our messy lives

I had thought of all kinds of clever titles, but I thought better. Alternately, I thought of calling this

sleeping around


flying without auto-pilot

but I guess  you can see how that would possibly draw the wrong kind of audience.

But of course, that’s what I have been doing. No, not drawing the wrong kind of audience (although who knows?), but sleeping around and without a clue of what I’m doing.

And most of that falls into the messiness of our lives.

I read something about the essence of a sufganiyah, or doughnut, that is popular at this time of year commemorating the oily miracle of Chanukah. So I don’t remember exactly what it was or where it was, but it was something about how you have to get messy to get something done.

No, that wasn’t it at all. It was something about the innerness and the need to get inside to get to something’s essence. I’m really not sure at all now.

But it seemed to be a great symbol at the moment.

But I realize that misplaced metaphors are truly the topic at hand.

Yes, I’m on the road again, and I’m confused.

I’m living out of my suitcases and I have to take time to remember where everything is. Is it in the pocket of my suitcase? My carry-on? Which pocket–inside or outside? In my big pocketbook or my small one?

I know I forgot my watch for sure. I also forgot my prayer book, but that’s really okay, since there are a few to spare here. I brought one pair of weekday shoes, one pair of slippers, one pair of flats for Shabbat and baby-naming, and three pairs of boots; rain, snow, and fun. I brought only 2 coats, one raincoat and one snow jacket. And a few clothes. Really, not that many. Clothes do not really make the woman, but they sure make the woman comfortable.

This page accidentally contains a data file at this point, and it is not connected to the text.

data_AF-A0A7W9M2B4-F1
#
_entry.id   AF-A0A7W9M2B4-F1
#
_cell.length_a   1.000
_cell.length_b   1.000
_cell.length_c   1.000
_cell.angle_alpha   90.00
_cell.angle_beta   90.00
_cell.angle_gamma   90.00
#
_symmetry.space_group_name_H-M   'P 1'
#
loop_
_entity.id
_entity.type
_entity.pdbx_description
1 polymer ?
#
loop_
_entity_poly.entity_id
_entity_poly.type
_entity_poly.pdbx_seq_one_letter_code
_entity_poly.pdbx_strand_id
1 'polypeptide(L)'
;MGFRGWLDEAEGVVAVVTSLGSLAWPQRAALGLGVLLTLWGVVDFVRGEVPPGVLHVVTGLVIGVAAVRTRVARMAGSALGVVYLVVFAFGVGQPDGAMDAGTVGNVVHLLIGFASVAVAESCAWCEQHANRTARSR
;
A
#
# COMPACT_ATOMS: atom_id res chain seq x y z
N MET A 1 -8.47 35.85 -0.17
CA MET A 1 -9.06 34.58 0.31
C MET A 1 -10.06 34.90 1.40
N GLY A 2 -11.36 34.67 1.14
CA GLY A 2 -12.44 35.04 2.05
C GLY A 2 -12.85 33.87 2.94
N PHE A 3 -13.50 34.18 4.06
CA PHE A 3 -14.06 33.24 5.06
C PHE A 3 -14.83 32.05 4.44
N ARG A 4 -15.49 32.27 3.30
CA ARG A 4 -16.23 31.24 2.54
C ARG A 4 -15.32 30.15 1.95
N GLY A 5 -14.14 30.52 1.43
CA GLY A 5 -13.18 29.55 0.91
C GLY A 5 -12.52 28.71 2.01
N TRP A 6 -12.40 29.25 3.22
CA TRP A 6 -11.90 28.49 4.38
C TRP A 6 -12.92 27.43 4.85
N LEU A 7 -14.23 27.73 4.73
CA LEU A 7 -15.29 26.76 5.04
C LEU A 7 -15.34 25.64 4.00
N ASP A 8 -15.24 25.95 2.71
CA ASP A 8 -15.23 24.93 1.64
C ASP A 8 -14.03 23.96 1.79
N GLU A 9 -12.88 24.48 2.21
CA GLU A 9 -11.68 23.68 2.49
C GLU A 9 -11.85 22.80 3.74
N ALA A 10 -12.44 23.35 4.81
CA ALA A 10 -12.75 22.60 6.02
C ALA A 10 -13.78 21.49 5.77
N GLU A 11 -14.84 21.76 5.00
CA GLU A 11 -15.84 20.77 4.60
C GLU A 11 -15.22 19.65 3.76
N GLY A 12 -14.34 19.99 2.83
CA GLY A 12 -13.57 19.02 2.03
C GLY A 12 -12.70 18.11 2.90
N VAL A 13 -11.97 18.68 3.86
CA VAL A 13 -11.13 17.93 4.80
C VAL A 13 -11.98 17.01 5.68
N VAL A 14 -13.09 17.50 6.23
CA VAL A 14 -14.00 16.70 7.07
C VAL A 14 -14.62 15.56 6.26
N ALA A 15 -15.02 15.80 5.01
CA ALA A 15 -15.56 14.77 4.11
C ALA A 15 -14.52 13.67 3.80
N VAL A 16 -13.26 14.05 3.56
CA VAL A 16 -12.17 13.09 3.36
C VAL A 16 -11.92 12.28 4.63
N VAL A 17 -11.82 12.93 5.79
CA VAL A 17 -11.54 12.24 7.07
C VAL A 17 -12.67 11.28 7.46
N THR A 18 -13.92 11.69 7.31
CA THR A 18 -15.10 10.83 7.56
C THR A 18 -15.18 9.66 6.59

I’m sharing a room now with my 8 year-old grand-daughter, the big big big sister of the family. So I have to look for things in the dark when she’s already gone to sleep. I misplaced my jewelry bag. Again. And then I found it inside the outside pocket of my big pocketbook.

I brought my camera and my laptop and my phone and my wallet and I know where they are.  So really, what else do I need?

Life is not neat and does not fit easily into pockets. You can’t pretend to have everything neat and tidy because things will inevitably fall out.

The Japanese treasure wabi-sabi, as I learned over two years ago, honoring the irregular.

This all is true.

I’d still like to know where things are. Or at least, I want to know that they aren’t here, but also that I can’t know what’s not here.

And that I’m not on auto-pilot but aware of every moment.

And yes, the little little little sister is adorable.


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